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All Saints, Old Buckenham, Norfolk

(52°28′52″N, 1°2′33″E)
Old Buckenham
TM 067 914
pre-1974 traditional (England and Wales) Norfolk
now Norfolk
  • Jill A Franklin
Aug 1984

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Feature Sets

All Saints comprises a chancel, nave, N aisle and polygonal W tower. The tower and chancel date from the 14thc and were restored in the mid-19thc. Both nave and chancel are thatched. All that can be easily detected of the early fabric of the church is the reset N doorway-which bears the building's only Romanesque sculpture-and the W wall of the nave.


Buckenham, chief manor of the Hundred of Shropham, belonged to the king. Before the Norman Conquest, it was held by Earl Ralph. At one time a significant settlement fortified by earthworks of early but uncertain date, Old Buckenham was presumably already in decline when William Albini II gave the site and materials of its Norman castle to the community of Augustinian canons he had founded there in 1146, for the construction of their priory. William had other castles nearby, notably at New Buckenham, the town which he himself planted in the 1140s-50s.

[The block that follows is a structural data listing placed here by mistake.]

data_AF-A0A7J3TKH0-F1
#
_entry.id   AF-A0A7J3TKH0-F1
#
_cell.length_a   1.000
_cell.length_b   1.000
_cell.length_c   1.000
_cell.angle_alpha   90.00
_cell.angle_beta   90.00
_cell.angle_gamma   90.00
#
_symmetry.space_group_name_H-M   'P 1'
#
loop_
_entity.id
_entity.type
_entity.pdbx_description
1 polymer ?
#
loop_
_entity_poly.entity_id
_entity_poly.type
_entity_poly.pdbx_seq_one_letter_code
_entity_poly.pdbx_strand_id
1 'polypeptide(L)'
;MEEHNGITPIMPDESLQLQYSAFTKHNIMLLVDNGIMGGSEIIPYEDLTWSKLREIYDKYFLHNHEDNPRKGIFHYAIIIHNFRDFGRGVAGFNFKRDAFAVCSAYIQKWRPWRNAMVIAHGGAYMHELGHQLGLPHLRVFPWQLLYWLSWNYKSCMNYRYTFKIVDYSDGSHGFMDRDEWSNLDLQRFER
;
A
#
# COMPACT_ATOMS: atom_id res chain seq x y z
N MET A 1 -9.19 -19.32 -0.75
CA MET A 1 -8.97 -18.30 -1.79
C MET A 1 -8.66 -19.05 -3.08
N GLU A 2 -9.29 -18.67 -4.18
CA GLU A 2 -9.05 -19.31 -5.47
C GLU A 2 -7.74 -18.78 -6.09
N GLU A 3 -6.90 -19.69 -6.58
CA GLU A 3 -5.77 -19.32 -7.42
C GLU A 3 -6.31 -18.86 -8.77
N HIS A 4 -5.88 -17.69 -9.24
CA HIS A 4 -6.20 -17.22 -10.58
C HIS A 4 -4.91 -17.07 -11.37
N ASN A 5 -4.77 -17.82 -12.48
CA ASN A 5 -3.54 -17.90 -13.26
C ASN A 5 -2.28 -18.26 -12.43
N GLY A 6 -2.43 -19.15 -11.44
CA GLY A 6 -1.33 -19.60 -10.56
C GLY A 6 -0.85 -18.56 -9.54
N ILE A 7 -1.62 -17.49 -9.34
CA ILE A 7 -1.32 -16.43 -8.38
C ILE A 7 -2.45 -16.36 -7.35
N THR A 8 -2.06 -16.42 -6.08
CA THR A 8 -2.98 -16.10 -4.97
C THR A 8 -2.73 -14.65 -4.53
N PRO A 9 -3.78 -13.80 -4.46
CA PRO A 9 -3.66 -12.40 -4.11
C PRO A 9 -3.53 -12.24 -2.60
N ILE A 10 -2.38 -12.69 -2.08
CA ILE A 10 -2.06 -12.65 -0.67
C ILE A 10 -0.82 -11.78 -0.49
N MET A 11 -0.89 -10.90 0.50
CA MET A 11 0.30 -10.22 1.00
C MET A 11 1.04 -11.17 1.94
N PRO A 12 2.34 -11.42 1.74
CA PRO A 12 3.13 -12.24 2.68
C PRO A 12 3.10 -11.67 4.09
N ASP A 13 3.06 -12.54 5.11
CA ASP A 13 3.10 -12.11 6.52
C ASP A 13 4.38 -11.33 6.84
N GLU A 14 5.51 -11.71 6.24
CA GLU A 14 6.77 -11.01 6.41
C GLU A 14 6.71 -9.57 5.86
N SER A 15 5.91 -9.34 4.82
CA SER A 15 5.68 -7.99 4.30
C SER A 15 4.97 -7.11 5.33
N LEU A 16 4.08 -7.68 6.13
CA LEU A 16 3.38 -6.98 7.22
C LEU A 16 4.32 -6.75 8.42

Exterior Features



The Romanesque doorway in the N wall stands in a building which has a 14thc N nave arcade and thus must have been dismantled and reassembled in the new aisle wall during the Gothic refurbishment of the church. The N side of the Gothic church was the most elaborately decorated and was presumably especially important. The decision to reuse the old Romanesque door suggests that it was highly prized for its design or antiquity. At the time of the visit, the doorway had a coat of grey limewash.


H. J. Dukinfield Astley, Memorials of Old Norfolk, London, 1908, 198.

D. Dymond, The Norfolk Landscape, Bury St Edmunds, 1990, 147-8.

N. Pevsner and B. Wilson, The Buildings of England: Norfolk: North-West and South, Harmondsworth, 1962, revised 1999, 2:577-8.

Victoria History of the Counties of England: Norfolk, London, 1906, 2:376.

T. Williamson, The Origins of Norfolk, Manchester, 1993, 180.